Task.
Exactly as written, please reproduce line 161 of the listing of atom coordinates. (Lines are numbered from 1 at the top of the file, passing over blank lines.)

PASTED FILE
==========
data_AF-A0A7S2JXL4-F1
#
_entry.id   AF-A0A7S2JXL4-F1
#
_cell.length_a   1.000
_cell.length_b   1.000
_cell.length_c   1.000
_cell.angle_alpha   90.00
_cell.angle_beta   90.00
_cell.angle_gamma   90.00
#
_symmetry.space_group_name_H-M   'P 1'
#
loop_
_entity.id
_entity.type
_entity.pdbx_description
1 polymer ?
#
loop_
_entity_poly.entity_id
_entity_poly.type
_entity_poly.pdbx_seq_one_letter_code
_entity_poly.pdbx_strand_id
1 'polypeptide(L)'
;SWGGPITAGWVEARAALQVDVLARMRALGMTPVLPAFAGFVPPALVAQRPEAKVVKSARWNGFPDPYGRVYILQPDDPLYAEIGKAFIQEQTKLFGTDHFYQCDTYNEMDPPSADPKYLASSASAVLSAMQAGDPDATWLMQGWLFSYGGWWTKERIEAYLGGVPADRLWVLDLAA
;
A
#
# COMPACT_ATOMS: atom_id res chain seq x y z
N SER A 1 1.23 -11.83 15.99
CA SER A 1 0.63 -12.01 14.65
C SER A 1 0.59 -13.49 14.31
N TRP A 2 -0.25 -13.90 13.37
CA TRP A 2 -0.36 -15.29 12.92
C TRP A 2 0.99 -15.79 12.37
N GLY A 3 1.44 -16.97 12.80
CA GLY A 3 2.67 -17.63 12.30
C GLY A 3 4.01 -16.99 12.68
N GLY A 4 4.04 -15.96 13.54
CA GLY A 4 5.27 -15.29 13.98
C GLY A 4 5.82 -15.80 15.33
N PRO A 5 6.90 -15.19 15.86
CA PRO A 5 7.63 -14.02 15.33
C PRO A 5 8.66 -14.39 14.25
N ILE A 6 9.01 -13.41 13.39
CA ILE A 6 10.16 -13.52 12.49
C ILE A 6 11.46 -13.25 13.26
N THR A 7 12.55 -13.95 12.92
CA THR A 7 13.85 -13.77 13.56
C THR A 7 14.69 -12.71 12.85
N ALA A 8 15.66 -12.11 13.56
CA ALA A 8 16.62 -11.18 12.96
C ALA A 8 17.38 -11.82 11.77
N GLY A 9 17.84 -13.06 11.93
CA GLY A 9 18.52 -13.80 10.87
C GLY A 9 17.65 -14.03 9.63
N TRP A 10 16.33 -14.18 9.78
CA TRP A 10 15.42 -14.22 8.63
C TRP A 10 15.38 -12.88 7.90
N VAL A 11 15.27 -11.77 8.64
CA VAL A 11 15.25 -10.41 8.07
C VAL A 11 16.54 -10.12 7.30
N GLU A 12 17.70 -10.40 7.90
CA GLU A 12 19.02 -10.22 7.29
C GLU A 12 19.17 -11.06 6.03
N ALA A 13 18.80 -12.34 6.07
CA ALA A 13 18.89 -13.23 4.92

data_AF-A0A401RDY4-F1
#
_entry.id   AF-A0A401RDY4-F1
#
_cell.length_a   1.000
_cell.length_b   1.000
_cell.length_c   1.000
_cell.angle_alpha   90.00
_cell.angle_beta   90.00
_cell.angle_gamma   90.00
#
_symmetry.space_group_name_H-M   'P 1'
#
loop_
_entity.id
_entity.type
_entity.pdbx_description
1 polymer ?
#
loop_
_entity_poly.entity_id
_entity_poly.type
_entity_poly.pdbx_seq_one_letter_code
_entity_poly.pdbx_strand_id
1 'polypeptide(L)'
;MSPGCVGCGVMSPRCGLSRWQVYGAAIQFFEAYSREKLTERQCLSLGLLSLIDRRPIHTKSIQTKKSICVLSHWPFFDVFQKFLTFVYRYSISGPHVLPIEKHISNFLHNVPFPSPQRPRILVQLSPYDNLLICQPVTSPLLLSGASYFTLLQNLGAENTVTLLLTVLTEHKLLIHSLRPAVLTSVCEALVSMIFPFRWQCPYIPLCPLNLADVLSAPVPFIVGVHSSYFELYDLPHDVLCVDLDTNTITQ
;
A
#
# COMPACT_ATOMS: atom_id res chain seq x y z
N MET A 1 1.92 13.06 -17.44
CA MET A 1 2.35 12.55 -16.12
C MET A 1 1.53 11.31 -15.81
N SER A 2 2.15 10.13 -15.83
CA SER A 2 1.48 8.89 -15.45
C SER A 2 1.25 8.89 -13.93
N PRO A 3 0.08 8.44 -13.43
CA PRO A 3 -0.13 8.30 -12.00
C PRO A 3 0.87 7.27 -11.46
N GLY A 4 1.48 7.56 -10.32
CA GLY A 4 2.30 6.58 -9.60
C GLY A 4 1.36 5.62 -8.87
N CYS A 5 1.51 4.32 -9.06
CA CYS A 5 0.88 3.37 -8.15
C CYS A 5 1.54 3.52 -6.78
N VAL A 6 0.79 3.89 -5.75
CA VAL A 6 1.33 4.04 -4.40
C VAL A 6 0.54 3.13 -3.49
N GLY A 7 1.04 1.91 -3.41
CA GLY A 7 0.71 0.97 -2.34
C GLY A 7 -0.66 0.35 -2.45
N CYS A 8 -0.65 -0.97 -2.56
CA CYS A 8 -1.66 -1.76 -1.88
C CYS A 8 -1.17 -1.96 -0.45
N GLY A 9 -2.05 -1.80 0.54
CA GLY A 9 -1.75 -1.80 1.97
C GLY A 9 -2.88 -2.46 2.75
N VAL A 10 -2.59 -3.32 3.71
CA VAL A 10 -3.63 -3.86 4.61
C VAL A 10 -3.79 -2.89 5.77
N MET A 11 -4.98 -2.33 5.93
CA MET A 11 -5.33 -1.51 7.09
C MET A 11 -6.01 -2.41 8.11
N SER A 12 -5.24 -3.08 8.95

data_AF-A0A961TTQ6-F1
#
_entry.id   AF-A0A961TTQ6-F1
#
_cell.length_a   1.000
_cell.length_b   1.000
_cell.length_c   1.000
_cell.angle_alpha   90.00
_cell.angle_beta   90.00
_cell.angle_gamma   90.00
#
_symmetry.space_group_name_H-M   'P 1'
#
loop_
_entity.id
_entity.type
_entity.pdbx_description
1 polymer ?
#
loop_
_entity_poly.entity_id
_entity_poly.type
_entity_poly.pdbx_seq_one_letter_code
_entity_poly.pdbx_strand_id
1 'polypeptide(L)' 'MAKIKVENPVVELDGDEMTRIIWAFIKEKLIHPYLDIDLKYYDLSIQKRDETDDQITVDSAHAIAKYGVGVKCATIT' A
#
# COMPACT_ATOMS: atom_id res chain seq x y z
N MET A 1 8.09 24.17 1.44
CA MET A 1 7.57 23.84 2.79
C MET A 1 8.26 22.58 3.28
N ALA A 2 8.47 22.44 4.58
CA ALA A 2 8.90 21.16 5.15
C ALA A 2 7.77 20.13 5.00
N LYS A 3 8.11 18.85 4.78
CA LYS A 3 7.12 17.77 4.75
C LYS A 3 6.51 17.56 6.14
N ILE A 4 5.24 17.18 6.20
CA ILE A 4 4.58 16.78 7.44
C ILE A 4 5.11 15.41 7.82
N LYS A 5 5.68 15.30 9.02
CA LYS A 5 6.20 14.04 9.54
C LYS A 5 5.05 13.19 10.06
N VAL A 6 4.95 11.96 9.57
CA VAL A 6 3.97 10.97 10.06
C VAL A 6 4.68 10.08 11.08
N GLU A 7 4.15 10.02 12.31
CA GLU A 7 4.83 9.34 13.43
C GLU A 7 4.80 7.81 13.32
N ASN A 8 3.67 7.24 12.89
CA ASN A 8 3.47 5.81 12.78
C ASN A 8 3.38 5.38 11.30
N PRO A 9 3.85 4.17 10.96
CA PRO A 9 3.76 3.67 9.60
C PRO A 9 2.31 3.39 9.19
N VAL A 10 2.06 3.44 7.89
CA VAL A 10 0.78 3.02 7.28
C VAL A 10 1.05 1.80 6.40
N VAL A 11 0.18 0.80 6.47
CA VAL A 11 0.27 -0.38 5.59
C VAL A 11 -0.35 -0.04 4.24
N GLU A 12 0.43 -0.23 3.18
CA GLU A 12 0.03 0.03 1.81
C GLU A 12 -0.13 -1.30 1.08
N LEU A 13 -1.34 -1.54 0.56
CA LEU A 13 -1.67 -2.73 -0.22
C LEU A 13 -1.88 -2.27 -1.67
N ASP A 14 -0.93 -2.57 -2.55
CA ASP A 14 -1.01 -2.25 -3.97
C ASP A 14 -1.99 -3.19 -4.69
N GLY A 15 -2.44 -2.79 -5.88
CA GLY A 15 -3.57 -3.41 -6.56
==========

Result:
CA MET A 1 7.57 23.84 2.79